Human noroviruses are major causative agents of food and waterborne outbreaks of nonbacterial acute gastroenteritis. In this study, we report the epidemiological features of three outbreak cases of norovirus in Korea, and we describe the clinical symptoms and distribution of the causative genotypes. The incidence rates of the three outbreaks were 16.24% (326/2,007), 4.1% (27/656), and 16.8% (36/214), respectively. The patients in these three outbreaks were affected by acute gastroenteritis. These schools were provided unheated food from the same manufacturing company. Two genotypes (GII.3 and GII.4) of the norovirus were detected in these cases. Among them, major causative strains of GII.4 (Hu-jeju-47-2007KR-like) were identified in patients, food handlers, and groundwater from the manufacturing company of the unheated food. In the GII.4 (Hu-jeju-47-2007KR-like) strain of the norovirus, the nucleotide sequences were identical and identified as the GII.4 Sydney variant. Our data suggests that the combined epidemiological and laboratory results were closely related, and the causative pathogen was the GII.4 Sydney variant strain from contaminated groundwater.
Epidemics of Norovirus GII.4 Variant in Outbreak Cases in Korea, 2004–2012
Sunyoung Jung, Hyun Ju Jeong, Bo-Mi Hwang, Cheon-Kwon Yoo, Gyung Tae Chung, Hyesook Jeong, Yeon-Ho Kang, Deog-Yong Lee
Osong Public Health Res Perspect. 2015;6(5):318-321.   Published online October 31, 2015
DOI: https://doi.org/10.1016/j.phrp.2015.10.002
  • 1,687 View
  • 19 Download
  • 1 Citations
AbstractAbstract PDF
Norovirus GII.4 is recognized as a worldwide cause of nonbacterial outbreaks. In particular, the GII.4 variant occurs every 2–3 years according to antigenic variation. The aim of our study was to identify GII.4 variants in outbreaks in Korea during 2004–2012. Partial VP1 sequence of norovirus GII.4-related outbreaks during 2004–2012 was analyzed. The partial VP1 sequence was detected with reverse transcription-polymerase chain reaction, seminested polymerase chain reaction, and nucleotide sequence of 312-314 base pairs for phylogenetic comparison. Nine variants emerged in outbreaks, with the Sydney variant showing predominance recently. This predominance may persist for at least 3 years, although new variants may appear in Korea.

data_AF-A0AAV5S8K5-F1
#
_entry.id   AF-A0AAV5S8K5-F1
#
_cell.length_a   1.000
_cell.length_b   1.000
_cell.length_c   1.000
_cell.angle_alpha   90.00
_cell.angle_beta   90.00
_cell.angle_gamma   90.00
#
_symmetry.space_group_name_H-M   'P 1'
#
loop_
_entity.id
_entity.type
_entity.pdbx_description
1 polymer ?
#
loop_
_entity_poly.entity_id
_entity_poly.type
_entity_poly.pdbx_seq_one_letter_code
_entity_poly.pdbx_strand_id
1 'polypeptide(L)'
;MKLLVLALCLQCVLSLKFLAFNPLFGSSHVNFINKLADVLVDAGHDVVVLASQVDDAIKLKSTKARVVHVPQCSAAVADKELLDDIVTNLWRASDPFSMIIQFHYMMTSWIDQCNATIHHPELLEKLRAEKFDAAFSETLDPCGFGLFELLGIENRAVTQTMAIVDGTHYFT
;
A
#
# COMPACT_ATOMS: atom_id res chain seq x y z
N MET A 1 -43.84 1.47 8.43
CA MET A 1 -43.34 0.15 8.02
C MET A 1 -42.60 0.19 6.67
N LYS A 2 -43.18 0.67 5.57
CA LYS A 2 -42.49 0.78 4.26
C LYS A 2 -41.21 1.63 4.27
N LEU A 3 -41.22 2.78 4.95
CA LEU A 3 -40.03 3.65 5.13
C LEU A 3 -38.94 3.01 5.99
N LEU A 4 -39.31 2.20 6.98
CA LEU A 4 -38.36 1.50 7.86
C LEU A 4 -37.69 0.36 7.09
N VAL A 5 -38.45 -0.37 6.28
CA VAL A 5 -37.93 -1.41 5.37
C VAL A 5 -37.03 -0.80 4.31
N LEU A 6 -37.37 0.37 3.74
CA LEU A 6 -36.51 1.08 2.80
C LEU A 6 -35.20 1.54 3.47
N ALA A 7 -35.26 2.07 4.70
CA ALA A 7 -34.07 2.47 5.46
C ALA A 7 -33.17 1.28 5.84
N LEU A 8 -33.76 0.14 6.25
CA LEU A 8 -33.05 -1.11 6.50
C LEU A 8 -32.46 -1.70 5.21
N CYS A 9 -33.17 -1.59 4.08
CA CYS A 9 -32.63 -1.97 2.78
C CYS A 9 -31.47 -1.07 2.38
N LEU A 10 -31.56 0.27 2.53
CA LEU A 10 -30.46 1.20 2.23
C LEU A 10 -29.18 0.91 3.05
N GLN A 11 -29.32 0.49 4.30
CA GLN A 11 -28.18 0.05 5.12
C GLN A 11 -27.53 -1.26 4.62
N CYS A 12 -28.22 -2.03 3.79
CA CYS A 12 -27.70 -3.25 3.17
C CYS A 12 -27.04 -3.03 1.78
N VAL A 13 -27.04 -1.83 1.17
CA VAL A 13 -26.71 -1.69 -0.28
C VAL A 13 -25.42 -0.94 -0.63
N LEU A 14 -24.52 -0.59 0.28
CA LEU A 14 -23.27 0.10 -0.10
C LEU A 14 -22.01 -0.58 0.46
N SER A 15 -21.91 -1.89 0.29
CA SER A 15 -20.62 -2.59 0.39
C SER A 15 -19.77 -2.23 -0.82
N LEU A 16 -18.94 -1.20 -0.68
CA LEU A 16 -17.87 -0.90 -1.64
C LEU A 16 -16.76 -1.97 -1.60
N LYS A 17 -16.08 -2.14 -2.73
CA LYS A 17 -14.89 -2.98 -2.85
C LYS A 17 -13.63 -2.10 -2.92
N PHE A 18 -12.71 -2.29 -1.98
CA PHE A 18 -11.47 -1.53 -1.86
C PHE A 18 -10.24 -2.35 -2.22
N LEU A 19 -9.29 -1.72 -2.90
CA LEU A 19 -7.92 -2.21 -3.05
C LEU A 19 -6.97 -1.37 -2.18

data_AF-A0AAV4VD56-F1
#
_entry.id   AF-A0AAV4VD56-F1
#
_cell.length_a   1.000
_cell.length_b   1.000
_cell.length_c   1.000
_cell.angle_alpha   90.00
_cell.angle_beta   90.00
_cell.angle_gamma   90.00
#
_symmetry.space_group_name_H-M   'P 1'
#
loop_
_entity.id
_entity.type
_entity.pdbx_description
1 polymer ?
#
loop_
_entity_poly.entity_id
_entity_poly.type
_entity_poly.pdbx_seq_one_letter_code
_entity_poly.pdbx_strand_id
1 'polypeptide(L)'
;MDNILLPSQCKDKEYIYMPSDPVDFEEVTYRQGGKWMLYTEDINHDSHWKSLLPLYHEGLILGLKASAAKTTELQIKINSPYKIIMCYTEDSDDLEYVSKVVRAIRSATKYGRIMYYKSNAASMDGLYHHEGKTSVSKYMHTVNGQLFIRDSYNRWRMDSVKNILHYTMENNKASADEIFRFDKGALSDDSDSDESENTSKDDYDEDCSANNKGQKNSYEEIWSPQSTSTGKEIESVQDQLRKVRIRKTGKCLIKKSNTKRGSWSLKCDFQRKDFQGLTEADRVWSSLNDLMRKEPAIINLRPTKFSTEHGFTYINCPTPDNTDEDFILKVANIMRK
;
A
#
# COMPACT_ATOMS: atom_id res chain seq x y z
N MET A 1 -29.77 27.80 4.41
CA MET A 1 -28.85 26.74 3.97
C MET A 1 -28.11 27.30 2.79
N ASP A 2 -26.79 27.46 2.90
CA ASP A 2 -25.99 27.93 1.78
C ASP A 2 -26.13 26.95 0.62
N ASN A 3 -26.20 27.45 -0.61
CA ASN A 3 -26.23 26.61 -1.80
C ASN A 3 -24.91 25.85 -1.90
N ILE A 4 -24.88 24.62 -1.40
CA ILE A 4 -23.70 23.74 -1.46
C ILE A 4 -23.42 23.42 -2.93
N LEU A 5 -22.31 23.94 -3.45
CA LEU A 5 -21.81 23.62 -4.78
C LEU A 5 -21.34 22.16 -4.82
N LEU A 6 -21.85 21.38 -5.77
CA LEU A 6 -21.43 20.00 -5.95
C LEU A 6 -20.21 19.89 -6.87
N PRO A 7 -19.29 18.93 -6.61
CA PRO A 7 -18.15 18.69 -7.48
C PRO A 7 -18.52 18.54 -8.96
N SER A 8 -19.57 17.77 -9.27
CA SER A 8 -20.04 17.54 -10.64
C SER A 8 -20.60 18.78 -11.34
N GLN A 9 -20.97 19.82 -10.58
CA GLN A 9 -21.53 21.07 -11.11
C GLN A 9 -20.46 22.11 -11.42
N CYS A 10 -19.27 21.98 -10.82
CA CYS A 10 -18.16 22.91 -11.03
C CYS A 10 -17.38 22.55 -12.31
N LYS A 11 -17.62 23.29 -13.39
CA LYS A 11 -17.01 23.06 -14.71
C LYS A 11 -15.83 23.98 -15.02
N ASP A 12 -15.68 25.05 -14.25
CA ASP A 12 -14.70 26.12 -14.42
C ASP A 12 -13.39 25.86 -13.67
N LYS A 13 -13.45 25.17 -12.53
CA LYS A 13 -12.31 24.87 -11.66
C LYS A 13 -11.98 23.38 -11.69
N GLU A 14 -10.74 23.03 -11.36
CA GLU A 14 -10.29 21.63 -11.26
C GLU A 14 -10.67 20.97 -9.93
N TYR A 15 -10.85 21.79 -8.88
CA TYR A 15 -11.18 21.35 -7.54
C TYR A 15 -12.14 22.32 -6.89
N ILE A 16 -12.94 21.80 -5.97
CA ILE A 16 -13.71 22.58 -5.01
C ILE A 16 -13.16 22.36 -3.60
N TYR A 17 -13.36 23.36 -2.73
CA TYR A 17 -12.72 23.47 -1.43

Original Article
Enteric Bacteria Isolated from Diarrheal Patients in Korea in 2014
Nan-Ok Kim, Su-Mi Jung, Hae-Young Na, Gyung Tae Chung, Cheon-Kwon Yoo, Won Keun Seong, Sahyun Hong
Osong Public Health Res Perspect. 2015;6(4):233-240.   Published online August 31, 2015
DOI: https://doi.org/10.1016/j.phrp.2015.07.005
  • 1,720 View
  • 18 Download
  • 10 Citations
AbstractAbstract PDFSupplementary Material
Objectives
The aim of this study was to characterize the pathogens responsible for causing diarrhea according to season, region of isolation, patient age, and sex as well as to provide useful data for the prevention of diarrheal disease.
Methods
Stool specimens from 14,886 patients with diarrhea were collected to identify pathogenic bacteria from January 2014 to December 2014 in Korea. A total of 3,526 pathogenic bacteria were isolated and analyzed according to season, region of isolation, and the age and sex of the patient.
Results
The breakdown of the isolated pathogenic bacteria were as follows: Salmonella spp. 476 (13.5%), pathogenic Escherichia coli 777 (22.0%), Vibrio parahaemolyticus 26 (0.74%), Shigella spp. 13 (0.37%), Campylobacter spp. 215 (6.10%), Clostridium perfringens 508 (14.4%), Staphylococcus aureus 1,144 (32.4%), Bacillus cereus 356 (10.1%), Listeria monocytogenes 1 (0.03%), and Yersinia enterocolitica 10 (0.3%). The isolation rate trend showed the highest ratio in the summer season from June to September for most of the pathogenic bacteria except the Gram-positive bacteria. The isolation rate of most of the pathogenic bacteria by patient age showed highest ratio in the 0–19 year age range. For isolation rate by region, 56.2% were isolated from cities and 43.8% were isolated from provinces.
Conclusion
Hygiene education should be addressed for diarrheal disease-susceptible groups, such as those younger than 10 years, aged 10–19 years, and older than 70 years, and monitoring for the pathogens is still required. In addition, an efficient laboratory surveillance system for infection control should be continued.

PHRP : Osong Public Health and Research Perspectives